Just decided to try my hand at game development and that stuff so decided this looked a good place to ask so i was wondering can anyone recommend any help for someone with no past experiance
My advice is a three step plan....
1) Figure out what you want to do (type of game?). 2) Find the obstacles towards that goal
3) Iterate slowly, developing your skills, until you reach whatever #1 turns up.
If #1 turns out to be something huge, you might want to put that on the backburner while you grow your skillset some, by doing small little games in the meantime.... But it's still good to have that big picture in your head!
the type of game im looking at is a type of legend of mir style of game
sort of magical and medival in a certian sense
I don't actually know where to start at all
OK, well this is the part of the interview where i ask you your skill set.
Are you a programmer? have you ever programmed before? are you an artist? What's your aptitude for these things?
Depending on your answers you might need a lot of self-educating (on programming, or modelling, or whatever you need), or you might just need to tune your head to the differences between whatever programming you're used to to game programming.
Well i have never done programming of any sort apart from superlogo. I would consider my self an artist/designer and my friend is good at programming so with a little self education i think it can go somewhere
Python seems to be an easy language to start with:
GIMP is good for making sprites:
With those links and google, you're ready to make your Tetris clone!
ok started building up a small team
ive got three people including me
ok considering i only started considering this today
all three of us are good at desinging etc and one of the guys is good with programming and i can learn
so looking a nice little balance
Don't try to get a team together unless you know exactly what you want to do, it will most likely fall apart otherwise.
A team can be useful, or detrimental.
If you have one strong leader that's willing to shoulder a lot of the vision and managerial work, the team will work.
Conversely, if you have a team solely for the fact that people feel safety in numbers, generally not a lot of work will get done and people will use the 'team' as a way to hide things.
Only you can judge the state of your team, but make sure that someone has vision and determination, so the others can follow and get bolstered by that fact.
The only prob i see with my team is that one guy aint to good at listening bit he can be dealt with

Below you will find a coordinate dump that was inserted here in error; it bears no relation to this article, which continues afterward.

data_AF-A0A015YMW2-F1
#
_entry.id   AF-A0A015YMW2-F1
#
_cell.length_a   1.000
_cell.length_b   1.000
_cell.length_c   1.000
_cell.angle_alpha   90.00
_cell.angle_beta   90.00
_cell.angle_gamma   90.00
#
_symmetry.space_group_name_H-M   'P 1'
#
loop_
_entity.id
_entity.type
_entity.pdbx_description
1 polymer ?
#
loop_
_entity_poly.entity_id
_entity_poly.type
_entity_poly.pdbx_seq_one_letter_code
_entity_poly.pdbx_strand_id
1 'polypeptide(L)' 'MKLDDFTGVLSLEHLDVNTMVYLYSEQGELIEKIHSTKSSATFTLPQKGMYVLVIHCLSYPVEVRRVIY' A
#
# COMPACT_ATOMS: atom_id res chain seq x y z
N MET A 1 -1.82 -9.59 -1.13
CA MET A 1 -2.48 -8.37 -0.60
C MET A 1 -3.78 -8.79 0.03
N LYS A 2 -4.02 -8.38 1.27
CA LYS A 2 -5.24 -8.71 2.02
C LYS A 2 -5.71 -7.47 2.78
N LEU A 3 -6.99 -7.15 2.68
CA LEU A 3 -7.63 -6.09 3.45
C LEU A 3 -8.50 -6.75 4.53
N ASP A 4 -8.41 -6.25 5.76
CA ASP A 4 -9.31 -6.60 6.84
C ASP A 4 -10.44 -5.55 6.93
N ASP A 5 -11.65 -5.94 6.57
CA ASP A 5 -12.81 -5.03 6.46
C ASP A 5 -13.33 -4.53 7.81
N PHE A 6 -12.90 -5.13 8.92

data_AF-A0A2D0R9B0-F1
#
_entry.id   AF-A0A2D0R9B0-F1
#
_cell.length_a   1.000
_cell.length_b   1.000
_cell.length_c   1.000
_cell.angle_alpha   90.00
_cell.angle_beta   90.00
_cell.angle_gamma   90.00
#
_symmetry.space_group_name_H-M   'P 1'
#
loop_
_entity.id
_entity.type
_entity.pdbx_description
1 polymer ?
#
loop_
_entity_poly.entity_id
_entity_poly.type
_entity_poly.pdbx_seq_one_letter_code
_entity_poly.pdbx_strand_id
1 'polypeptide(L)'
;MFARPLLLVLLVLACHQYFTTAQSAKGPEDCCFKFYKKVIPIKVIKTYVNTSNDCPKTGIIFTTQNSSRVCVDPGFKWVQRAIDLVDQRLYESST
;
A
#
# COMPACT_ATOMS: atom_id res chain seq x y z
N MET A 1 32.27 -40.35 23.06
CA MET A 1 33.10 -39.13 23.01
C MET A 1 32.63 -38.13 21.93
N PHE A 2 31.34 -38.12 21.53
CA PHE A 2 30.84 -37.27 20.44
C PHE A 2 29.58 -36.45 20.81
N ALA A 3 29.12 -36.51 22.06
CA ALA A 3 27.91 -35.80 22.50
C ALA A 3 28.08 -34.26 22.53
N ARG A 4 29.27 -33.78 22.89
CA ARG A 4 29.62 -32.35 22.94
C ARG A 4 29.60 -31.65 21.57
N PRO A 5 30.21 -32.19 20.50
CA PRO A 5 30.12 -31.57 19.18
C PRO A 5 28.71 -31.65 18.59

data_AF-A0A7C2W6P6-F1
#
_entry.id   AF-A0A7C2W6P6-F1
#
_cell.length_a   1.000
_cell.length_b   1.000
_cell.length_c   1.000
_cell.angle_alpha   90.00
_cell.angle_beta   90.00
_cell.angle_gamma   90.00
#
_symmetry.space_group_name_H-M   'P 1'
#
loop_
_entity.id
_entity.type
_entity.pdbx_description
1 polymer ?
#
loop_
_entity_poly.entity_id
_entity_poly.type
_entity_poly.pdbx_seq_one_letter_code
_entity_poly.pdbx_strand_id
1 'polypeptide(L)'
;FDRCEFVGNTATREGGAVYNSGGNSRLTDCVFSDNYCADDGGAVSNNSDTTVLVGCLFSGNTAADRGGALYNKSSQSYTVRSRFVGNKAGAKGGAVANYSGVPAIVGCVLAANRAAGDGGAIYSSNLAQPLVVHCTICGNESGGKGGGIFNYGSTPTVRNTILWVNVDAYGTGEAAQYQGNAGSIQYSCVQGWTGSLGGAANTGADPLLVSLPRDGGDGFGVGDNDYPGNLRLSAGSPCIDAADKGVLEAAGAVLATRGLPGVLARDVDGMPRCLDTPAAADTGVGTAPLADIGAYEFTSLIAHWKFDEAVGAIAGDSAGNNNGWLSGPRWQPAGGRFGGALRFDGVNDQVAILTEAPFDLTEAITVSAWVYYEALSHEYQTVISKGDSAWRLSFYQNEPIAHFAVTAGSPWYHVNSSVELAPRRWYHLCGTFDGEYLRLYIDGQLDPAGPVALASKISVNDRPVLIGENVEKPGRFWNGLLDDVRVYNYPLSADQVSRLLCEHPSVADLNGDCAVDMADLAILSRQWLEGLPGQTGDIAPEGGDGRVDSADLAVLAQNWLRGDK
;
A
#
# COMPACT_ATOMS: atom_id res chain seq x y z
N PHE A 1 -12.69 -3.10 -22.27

You make is sound like your going to shoot him On a more serious note, as far as a team goes, you shouldn't really bring programmers aboard a project until they actually have something to code. If they have nothing to do, they lose interest, and lose morale. I would suggest getting everyone involved in some good design meetings and figuring out what your direction is going to be, to actually get your coders something to do.
Design meetings are good for reinforcing listening and improving morale as well.
You also want to make sure you don't have a bunch of rogue coders going at stuff willy-nilly either. We coders are a renegade bunch.
I'm just a step ahead of you actually. If you're looking for a good place to start, I would say start with a 'point-and-click' 2D engine. This is where I started. Speficially with engines like RPG Maker (shhhhhh), or The Games Factory, or Game Maker, etc. to kind of get a handle on the development process. Then after that I moved on to learning the basics of C++, and from there I then went to a more advanced scripted engine. 3D Gamestudio is my engine of choice. The scripting language can seem difficult at first, but if you ignore their tutorials (which assume you're an experienced programmer in my opinion) and just start coding VERY simple actions like spinning objects and build from there you'll know enough to be able to program a game on your own (with some help from the reference manual of course).
Then from there I would look into a book like Sam's Teach Yourself Game Programming in 24 Hours or something like that. They'll help you develop an engine and. Well actually I never got past chapter 7 in that book because once the engine was developed I got bored with his games and wanted to make my own. Also, if you're going to use a book like that, I recommend ignoring the classes he writes and try writing them yourself first. Then you can compare them when you're done, but having that blindfold on means you'll learn a helluva lot more than you would by just copying his code. Although I did pretty much just copy his windows code word for word because I don't care to learn that stuff.
does anyone know of any good starter tuts for python cos im trying to learn
btw im m8 of fraz
Python has a tutorial on it's site. http://docs.python.org/tut/tut.html
I'd still recommend having a pet project or scripting action you want to do, and then using the tutorial as baby-steps to get you there... But that's always a hard one to do.